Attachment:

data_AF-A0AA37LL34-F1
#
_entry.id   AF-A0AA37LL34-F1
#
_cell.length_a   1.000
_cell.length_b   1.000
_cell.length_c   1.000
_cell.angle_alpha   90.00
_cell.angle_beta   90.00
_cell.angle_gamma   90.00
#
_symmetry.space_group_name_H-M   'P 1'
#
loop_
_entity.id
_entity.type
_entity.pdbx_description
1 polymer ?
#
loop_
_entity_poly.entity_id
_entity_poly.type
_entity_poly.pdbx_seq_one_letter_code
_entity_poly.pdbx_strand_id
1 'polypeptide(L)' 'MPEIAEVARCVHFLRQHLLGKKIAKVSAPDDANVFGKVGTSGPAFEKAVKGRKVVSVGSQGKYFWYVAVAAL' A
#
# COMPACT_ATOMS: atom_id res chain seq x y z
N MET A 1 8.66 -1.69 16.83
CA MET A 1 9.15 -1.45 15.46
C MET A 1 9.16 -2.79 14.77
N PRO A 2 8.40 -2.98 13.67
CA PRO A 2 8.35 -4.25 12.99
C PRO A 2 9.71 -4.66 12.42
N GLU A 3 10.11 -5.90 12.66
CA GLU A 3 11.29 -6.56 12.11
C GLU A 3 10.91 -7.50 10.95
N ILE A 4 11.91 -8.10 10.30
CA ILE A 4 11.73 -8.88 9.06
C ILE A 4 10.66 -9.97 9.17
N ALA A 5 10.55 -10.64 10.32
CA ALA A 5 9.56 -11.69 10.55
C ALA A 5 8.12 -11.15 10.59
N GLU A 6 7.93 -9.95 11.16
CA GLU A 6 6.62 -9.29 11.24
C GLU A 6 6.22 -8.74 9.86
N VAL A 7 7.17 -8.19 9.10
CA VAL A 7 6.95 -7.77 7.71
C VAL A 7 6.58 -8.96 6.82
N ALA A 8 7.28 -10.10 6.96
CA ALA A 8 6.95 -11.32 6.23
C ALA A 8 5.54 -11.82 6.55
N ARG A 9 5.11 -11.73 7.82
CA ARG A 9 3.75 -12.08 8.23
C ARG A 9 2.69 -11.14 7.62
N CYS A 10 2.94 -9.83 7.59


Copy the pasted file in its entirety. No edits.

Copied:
data_AF-A0AA37LL34-F1
#
_entry.id   AF-A0AA37LL34-F1
#
_cell.length_a   1.000
_cell.length_b   1.000
_cell.length_c   1.000
_cell.angle_alpha   90.00
_cell.angle_beta   90.00
_cell.angle_gamma   90.00
#
_symmetry.space_group_name_H-M   'P 1'
#
loop_
_entity.id
_entity.type
_entity.pdbx_description
1 polymer ?
#
loop_
_entity_poly.entity_id
_entity_poly.type
_entity_poly.pdbx_seq_one_letter_code
_entity_poly.pdbx_strand_id
1 'polypeptide(L)' 'MPEIAEVARCVHFLRQHLLGKKIAKVSAPDDANVFGKVGTSGPAFEKAVKGRKVVSVGSQGKYFWYVAVAAL' A
#
# COMPACT_ATOMS: atom_id res chain seq x y z
N MET A 1 8.66 -1.69 16.83
CA MET A 1 9.15 -1.45 15.46
C MET A 1 9.16 -2.79 14.77
N PRO A 2 8.40 -2.98 13.67
CA PRO A 2 8.35 -4.25 12.99
C PRO A 2 9.71 -4.66 12.42
N GLU A 3 10.11 -5.90 12.66
CA GLU A 3 11.29 -6.56 12.11
C GLU A 3 10.91 -7.50 10.95
N ILE A 4 11.91 -8.10 10.30
CA ILE A 4 11.73 -8.88 9.06
C ILE A 4 10.66 -9.97 9.17
N ALA A 5 10.55 -10.64 10.32
CA ALA A 5 9.56 -11.69 10.55
C ALA A 5 8.12 -11.15 10.59
N GLU A 6 7.93 -9.95 11.16
CA GLU A 6 6.62 -9.29 11.24
C GLU A 6 6.22 -8.74 9.86
N VAL A 7 7.17 -8.19 9.10
CA VAL A 7 6.95 -7.77 7.71
C VAL A 7 6.58 -8.96 6.82
N ALA A 8 7.28 -10.10 6.96
CA ALA A 8 6.95 -11.32 6.23
C ALA A 8 5.54 -11.82 6.55
N ARG A 9 5.11 -11.73 7.82
CA ARG A 9 3.75 -12.08 8.23
C ARG A 9 2.69 -11.14 7.62
N CYS A 10 2.94 -9.83 7.59